Pakistan, on the main Morgan Stanley Capital International Index with a 15% loss, and Bangladesh and Sri Lanka, down 5% on the frontier rung, were at the bottom of regional ranks through the third quarter. Foreign investors shunned bonds as well on uncertain standing with the International Monetary Fund, and political and geopolitical complications. Subcontinent giant India, struggling with a financial-sector crisis, reinforced the negative picture, which is likely to persist into year-end in the absence of economic-policy breakthroughs.

The IMF’s September Article IV report on Bangladesh captured “downside risks” despite strong 7.5% growth in gross domestic product predicted again this fiscal year. Private consumption, garment exports, worker remittances and infrastructure projects will be drivers, against the background of rising trade protectionism and natural and humanitarian disasters.

Monsoon flooding and climate-change-driven erosion could lift food prices beyond the 5.5% inflation target, and the 700,000 Rohingya refugees from next-door Myanmar remain in place with a US$1 billion donor appeal subject to “fatigue” and fiscal fallout.

Reserve money growth as of midyear was double the central bank’s 8% goal, and it recently shifted course on lowering banks’ mandatory loan/deposit ratio to 83.5%. Higher electricity charges and value-added tax could be inflationary, but disciplined monetary and fiscal policies, with the deficit to be kept under 5% of GDP, are official commitments. Tax collection at 10% of GDP lags behind peers, and without a broader base and exemption elimination revenue mobilization will also stymie progress toward the anti-poverty Sustainable Development Goals, the IMF warned.

Banking-system cleanup is pressing in Bangladesh, with the stated bad-loan ratio above 10%, and 30% for state-owned lenders. Under a wider definition, stressed assets exceed one-fifth the total, despite a “growing trend” of rescheduling and restructuring. Due diligence and risk management are poor and “comprehensive reforms” are overdue to reverse regulatory leniency. Loan classification and corporate-governance criteria should be stricter, and fraud and defaults require court action. The overall historical role of government-run intermediaries must meet a commercial test, especially as national savings certificates sold through them crowd out private capital markets. As investors in this paper, they also come under pressure to breach allocation limits to help relieve short-term budget squeezes, the Article IV report commented.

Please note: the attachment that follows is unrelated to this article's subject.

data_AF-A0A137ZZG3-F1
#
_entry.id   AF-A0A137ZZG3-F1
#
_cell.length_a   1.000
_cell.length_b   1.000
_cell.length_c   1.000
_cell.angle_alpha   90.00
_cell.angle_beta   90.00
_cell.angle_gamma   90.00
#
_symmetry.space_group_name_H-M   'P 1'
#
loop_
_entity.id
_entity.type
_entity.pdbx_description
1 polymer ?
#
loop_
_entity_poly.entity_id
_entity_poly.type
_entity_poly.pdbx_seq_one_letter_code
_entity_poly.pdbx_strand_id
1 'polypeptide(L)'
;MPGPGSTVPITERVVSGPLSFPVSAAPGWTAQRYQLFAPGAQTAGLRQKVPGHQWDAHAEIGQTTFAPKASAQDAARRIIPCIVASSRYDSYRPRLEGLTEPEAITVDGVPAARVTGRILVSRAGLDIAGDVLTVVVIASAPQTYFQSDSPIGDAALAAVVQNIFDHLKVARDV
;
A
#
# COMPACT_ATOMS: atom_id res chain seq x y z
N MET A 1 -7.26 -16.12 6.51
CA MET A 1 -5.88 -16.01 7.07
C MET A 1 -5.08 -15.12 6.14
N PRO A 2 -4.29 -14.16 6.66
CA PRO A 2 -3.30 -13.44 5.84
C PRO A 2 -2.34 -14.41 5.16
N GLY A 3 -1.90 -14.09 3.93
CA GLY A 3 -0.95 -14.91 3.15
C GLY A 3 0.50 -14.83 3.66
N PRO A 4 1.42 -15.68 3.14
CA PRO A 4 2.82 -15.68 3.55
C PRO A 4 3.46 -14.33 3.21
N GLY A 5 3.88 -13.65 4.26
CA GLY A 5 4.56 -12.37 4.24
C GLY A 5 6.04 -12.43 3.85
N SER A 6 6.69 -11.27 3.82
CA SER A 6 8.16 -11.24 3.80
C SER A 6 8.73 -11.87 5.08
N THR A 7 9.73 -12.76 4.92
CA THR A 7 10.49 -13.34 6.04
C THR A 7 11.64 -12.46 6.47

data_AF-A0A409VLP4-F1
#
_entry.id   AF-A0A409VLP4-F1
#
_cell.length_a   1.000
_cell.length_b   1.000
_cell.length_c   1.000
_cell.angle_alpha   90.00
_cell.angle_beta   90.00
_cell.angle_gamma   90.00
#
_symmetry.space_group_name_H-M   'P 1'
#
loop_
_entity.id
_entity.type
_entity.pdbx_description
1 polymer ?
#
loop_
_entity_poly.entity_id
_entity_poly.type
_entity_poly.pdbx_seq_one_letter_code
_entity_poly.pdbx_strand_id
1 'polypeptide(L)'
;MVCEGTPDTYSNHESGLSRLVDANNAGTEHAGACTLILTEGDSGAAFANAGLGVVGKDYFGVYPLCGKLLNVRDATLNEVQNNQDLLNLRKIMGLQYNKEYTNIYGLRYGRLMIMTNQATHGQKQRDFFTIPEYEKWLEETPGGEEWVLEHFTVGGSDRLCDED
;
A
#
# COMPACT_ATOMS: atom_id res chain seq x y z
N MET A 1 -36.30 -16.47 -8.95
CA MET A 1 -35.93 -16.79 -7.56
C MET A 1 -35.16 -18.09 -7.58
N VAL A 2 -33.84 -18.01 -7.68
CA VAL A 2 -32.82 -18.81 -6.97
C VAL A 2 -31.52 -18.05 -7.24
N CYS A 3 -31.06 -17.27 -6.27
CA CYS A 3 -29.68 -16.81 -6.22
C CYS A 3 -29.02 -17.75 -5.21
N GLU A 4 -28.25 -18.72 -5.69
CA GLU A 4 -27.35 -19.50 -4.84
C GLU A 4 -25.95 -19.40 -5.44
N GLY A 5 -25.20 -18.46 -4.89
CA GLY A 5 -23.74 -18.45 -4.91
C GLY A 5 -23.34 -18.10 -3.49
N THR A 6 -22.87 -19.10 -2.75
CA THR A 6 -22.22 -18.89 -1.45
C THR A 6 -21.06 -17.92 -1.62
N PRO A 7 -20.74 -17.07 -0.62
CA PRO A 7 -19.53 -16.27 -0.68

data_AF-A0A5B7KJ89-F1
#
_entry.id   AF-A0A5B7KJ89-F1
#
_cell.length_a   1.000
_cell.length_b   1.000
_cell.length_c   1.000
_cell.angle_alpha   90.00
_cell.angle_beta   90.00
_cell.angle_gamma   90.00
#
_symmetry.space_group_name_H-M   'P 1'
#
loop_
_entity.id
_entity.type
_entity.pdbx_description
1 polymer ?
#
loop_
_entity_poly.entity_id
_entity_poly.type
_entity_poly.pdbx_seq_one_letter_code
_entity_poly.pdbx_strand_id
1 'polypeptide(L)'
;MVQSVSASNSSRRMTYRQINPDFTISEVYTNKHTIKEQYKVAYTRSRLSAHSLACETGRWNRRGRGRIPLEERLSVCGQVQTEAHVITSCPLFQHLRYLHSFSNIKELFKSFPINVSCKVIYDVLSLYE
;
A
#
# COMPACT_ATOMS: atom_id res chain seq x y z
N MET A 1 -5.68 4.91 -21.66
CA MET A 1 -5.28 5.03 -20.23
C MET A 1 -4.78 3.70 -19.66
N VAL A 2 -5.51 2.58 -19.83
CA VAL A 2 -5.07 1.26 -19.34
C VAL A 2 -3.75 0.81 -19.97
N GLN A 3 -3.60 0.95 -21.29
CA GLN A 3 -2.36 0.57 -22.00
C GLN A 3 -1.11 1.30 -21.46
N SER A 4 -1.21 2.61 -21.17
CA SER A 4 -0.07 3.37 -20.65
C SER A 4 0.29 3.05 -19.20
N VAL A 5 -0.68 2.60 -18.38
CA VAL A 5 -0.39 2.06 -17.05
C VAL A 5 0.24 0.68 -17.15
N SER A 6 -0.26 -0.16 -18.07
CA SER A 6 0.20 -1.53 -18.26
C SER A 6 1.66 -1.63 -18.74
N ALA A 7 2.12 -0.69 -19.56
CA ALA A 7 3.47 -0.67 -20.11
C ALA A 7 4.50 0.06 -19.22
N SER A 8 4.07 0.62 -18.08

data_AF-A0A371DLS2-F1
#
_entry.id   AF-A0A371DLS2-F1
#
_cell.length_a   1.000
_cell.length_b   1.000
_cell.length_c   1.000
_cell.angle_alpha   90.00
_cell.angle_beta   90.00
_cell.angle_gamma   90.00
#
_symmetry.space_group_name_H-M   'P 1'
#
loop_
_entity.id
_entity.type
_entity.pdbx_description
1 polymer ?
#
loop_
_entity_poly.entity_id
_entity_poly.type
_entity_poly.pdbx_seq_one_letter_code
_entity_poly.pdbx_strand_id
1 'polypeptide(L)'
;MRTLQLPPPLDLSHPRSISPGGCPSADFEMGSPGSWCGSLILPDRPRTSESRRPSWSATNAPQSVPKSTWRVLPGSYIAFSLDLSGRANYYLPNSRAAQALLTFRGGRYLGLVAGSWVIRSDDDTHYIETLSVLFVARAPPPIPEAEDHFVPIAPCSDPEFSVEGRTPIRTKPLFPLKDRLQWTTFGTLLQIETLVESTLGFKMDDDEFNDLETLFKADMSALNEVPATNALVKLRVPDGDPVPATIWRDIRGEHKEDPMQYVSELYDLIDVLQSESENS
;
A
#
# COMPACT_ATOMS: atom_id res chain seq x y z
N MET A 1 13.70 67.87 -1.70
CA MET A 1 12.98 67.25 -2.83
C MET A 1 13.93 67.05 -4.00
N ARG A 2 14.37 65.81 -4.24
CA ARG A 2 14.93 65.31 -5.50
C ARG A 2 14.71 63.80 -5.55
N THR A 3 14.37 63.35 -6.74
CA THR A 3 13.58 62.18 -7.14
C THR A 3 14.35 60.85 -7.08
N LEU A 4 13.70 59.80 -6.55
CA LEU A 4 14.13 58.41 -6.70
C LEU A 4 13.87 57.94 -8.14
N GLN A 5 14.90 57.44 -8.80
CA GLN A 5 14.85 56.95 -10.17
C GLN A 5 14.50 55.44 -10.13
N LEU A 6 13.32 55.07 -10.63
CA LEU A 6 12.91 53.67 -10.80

Securities-market weakness is in turn an obstacle to economic diversification beyond ready-made garments, as new businesses seek venture funding. South Asian stock exchanges trade at a discount to the region with single-digit price-earnings ratios, but the Dhaka heavyweight Grameenphone is in a fight with the telecommunications regulator over outstanding fees. Until a settlement and further bad-loan purges at banks otherwise prominent among listings, possibly through a central disposal agency as in Vietnam, lethargy is the presumed near-term sentiment.

Sri Lanka

Sri Lanka’s second-quarter GDP growth halved to 1.5% with the Easter terror bombings, but the PMI manufacturing gauge was again over 50 in August, signaling recovery. The central bank cut the benchmark rate 50 basis points then on 3.5% inflation, and in October imposed loan cost caps on banks to ensure relief was transferred to borrowers.

Investors have taken positions on private-sector retail-oriented competitors most likely to benefit, and they could further rally after the November presidential election, with the two party contenders in a close race. The winner may offer additional fiscal and monetary stimulus after the IMF program allowed such temporary moves in the wake of the bloody attacks still denting tourism and consumer confidence. A silver lining in the latter is lower import demand, set to narrow the current-account gap to 2.5% of GDP.

Pakistan

Pakistan is a contrarian play as the IMF’s mid-September review called for “decisive implementation” of far-reaching reforms never achieved under previous arrangements. The central bank is on hold, and fiscal retrenchment is to shrink the coming year’s deficit to 7% of GDP.

Growth is estimated in the 2-3% range, and inflation should fall to single digits. The 5%-plus current-account hole has started to improve with the 30% depreciation in the real exchange rate over the past two years, although foreign direct and portfolio investment have yet to rouse.

The Kashmir confrontation with India has again raised the nuclear alarm, at a time when prospective share buyers prefer to monitor that reaction within the economic sphere.